Earlier this week, Google officially announced a new version of Android that will be specifically tailored for smart watches, called Android Wear. This represents a direct move from the search giant into the market of wearables outside of its Google Glass project. But with investors widely expecting Apple to launch its iWatch later this year, as CEO Tim Cook has consistently promised to enter "new product categories" in 2014, how might Android Wear affect the iWatch's prospects?
On Friday's Tech Teardown, host Erin Kennedy and Motley Fool tech and telecom bureau chief Evan Niu look at the battle between Apple and Google's Android over the nascent smart watch and wearables market. With Android as the first mover on this, it may establish a lead with developers and apps, and the diversity of Android smart watches versus Apple's likely one or two iWatch models may represent another popular advantage among consumers.
Then, a few days ago, China Mobile announced that it sold about 1 million iPhones on its network in February, following the widely anticipated launch in mid-January. Shares however were down somewhat on the news, indicating that investors may have been slightly disappointed with the figure. Evan and Erin discuss why it has been difficult to accurately gauge the opportunity for Apple on China Mobile, and they also look at some of the factors that will benefit Apple in its partnership with China Mobile, as well as some of the headwinds the company will face selling its iPhones through the Chinese carrier.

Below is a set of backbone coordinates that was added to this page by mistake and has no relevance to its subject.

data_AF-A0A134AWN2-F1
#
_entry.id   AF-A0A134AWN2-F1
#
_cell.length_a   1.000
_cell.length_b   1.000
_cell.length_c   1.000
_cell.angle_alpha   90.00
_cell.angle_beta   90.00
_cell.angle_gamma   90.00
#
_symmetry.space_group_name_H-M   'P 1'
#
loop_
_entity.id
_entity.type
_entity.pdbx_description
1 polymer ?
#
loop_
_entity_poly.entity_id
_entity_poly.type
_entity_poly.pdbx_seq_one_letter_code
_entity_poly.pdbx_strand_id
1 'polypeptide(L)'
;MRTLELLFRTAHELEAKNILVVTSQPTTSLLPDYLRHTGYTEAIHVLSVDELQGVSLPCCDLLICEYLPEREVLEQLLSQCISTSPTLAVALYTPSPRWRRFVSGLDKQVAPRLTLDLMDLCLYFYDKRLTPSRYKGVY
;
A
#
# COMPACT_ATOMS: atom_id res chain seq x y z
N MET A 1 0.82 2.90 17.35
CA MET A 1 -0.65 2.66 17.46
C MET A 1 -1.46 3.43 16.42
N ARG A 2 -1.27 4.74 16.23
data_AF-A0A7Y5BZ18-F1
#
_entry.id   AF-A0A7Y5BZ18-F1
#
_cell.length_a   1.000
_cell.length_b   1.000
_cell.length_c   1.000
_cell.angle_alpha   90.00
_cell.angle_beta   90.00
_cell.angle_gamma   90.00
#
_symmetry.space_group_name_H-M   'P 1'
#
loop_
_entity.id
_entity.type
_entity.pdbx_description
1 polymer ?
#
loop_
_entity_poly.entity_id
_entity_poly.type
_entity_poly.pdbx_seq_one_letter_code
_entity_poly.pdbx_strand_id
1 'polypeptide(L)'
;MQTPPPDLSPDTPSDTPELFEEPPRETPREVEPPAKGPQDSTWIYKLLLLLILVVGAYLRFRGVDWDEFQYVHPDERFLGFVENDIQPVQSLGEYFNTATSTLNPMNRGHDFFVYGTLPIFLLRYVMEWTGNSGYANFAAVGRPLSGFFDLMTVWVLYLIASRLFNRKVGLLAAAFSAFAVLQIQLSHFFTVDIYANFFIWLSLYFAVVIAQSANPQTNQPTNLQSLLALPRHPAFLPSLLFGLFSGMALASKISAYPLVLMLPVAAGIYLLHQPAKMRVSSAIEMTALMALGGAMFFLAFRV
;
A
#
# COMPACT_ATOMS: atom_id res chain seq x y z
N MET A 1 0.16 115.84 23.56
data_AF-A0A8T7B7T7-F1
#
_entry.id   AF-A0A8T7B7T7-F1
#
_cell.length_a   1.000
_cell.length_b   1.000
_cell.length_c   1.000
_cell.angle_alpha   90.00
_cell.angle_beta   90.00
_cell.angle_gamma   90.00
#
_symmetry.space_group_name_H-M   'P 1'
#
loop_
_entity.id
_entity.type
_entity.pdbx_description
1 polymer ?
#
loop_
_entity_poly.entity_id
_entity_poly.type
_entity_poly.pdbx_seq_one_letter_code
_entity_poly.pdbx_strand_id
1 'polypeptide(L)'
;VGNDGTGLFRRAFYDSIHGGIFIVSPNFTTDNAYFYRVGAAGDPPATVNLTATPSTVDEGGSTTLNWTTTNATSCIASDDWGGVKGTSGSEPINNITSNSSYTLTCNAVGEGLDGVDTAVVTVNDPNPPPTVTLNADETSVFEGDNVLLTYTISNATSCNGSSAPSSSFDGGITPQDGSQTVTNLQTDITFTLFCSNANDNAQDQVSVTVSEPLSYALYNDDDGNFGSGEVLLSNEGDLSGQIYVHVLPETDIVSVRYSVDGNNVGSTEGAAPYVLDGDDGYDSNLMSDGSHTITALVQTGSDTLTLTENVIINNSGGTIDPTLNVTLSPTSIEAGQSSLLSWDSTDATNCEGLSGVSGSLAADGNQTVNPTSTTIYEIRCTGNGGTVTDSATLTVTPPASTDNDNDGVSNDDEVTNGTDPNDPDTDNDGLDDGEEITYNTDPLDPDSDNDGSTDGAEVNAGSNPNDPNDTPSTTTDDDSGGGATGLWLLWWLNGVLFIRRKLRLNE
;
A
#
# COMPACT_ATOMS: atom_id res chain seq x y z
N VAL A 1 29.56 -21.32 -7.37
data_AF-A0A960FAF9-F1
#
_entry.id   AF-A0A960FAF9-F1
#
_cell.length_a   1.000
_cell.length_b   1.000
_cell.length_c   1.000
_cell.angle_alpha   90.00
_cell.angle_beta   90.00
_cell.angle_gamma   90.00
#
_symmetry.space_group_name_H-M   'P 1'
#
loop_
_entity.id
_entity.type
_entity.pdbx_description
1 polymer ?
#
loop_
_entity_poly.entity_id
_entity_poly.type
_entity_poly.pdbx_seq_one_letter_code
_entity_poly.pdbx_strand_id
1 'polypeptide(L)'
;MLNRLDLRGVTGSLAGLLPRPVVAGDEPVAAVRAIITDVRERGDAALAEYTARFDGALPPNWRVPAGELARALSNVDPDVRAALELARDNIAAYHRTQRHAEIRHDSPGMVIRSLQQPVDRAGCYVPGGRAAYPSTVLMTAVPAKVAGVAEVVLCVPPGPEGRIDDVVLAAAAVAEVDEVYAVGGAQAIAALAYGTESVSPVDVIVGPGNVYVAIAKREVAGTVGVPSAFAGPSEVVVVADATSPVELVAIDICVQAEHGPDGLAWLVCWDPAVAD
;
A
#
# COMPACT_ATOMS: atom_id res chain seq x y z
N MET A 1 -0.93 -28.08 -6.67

Also, new reports suggest that at long last, Microsoft's Office software suite will finally launch for the iPad as early as next week, something that investors have been speculating about for a long time. Microsoft's new CEO Satya Nadella will reportedly host an event in San Francisco on March 27th, when he will announce the launch. Evan takes a look at the strategic shift that this move represents, now that Nadella has replaced former CEO Steve Ballmer. While Evan says that it is pretty clear Ballmer was withholding Office for the iPad as a point of differentiation to compete in the tablet market, Nadella's focus on the cloud means he may be willing to make bolder moves to expand Microsoft's mobile presence. Evan also discusses how Office on the iPad could perform, why this is the right move to make, and why the shift from Ballmer to Nadella is one that investors should be very satisfied with.
And finally, while sales of Sony's PlayStation 4 have so far been outpacing those of Microsoft's Xbox One, Sony has now said that its supply of PS4 consoles could remain scarce until summer, and may fail to keep up with demand. Evan looks into the continued competition between the two consoles, and discusses the massive blockbuster game Titanfall and just how much of an impact it could have for Microsoft. He also takes a look at a new virtual reality headset from Sony for the PS4, called Project Morpheus, and whether or not this is the next big thing in gaming.